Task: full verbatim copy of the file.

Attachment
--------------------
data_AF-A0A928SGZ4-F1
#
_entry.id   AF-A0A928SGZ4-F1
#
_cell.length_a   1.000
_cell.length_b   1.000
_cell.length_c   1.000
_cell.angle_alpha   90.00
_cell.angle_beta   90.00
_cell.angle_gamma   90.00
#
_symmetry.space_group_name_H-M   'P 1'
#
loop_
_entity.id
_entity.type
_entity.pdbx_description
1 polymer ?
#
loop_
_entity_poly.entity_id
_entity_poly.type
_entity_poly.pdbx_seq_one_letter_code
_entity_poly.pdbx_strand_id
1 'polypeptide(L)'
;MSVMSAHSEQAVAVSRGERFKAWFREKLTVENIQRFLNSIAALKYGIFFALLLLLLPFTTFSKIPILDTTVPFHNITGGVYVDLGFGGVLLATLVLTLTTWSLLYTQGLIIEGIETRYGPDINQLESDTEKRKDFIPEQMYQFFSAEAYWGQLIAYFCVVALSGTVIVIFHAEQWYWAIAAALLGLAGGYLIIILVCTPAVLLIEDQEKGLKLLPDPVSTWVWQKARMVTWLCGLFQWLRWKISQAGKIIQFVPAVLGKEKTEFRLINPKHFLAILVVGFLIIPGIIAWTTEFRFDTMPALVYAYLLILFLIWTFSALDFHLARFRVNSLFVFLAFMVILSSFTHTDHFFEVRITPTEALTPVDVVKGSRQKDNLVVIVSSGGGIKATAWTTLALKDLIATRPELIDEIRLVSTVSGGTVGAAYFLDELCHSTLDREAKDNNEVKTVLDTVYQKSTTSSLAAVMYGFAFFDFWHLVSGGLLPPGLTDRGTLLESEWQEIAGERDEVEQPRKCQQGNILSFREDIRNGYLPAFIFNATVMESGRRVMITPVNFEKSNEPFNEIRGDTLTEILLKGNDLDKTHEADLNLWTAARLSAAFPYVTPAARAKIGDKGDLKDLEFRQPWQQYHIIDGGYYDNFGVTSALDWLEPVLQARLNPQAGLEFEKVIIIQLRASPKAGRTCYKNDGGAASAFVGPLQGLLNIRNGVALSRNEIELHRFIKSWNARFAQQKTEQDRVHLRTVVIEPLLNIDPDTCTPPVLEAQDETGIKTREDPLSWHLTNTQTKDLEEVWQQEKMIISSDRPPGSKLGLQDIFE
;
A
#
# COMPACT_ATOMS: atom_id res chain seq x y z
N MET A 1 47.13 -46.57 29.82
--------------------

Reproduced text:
data_AF-A0A928SGZ4-F1
#
_entry.id   AF-A0A928SGZ4-F1
#
_cell.length_a   1.000
_cell.length_b   1.000
_cell.length_c   1.000
_cell.angle_alpha   90.00
_cell.angle_beta   90.00
_cell.angle_gamma   90.00
#
_symmetry.space_group_name_H-M   'P 1'
#
loop_
_entity.id
_entity.type
_entity.pdbx_description
1 polymer ?
#
loop_
_entity_poly.entity_id
_entity_poly.type
_entity_poly.pdbx_seq_one_letter_code
_entity_poly.pdbx_strand_id
1 'polypeptide(L)'
;MSVMSAHSEQAVAVSRGERFKAWFREKLTVENIQRFLNSIAALKYGIFFALLLLLLPFTTFSKIPILDTTVPFHNITGGVYVDLGFGGVLLATLVLTLTTWSLLYTQGLIIEGIETRYGPDINQLESDTEKRKDFIPEQMYQFFSAEAYWGQLIAYFCVVALSGTVIVIFHAEQWYWAIAAALLGLAGGYLIIILVCTPAVLLIEDQEKGLKLLPDPVSTWVWQKARMVTWLCGLFQWLRWKISQAGKIIQFVPAVLGKEKTEFRLINPKHFLAILVVGFLIIPGIIAWTTEFRFDTMPALVYAYLLILFLIWTFSALDFHLARFRVNSLFVFLAFMVILSSFTHTDHFFEVRITPTEALTPVDVVKGSRQKDNLVVIVSSGGGIKATAWTTLALKDLIATRPELIDEIRLVSTVSGGTVGAAYFLDELCHSTLDREAKDNNEVKTVLDTVYQKSTTSSLAAVMYGFAFFDFWHLVSGGLLPPGLTDRGTLLESEWQEIAGERDEVEQPRKCQQGNILSFREDIRNGYLPAFIFNATVMESGRRVMITPVNFEKSNEPFNEIRGDTLTEILLKGNDLDKTHEADLNLWTAARLSAAFPYVTPAARAKIGDKGDLKDLEFRQPWQQYHIIDGGYYDNFGVTSALDWLEPVLQARLNPQAGLEFEKVIIIQLRASPKAGRTCYKNDGGAASAFVGPLQGLLNIRNGVALSRNEIELHRFIKSWNARFAQQKTEQDRVHLRTVVIEPLLNIDPDTCTPPVLEAQDETGIKTREDPLSWHLTNTQTKDLEEVWQQEKMIISSDRPPGSKLGLQDIFE
;
A
#
# COMPACT_ATOMS: atom_id res chain seq x y z
N MET A 1 47.13 -46.57 29.82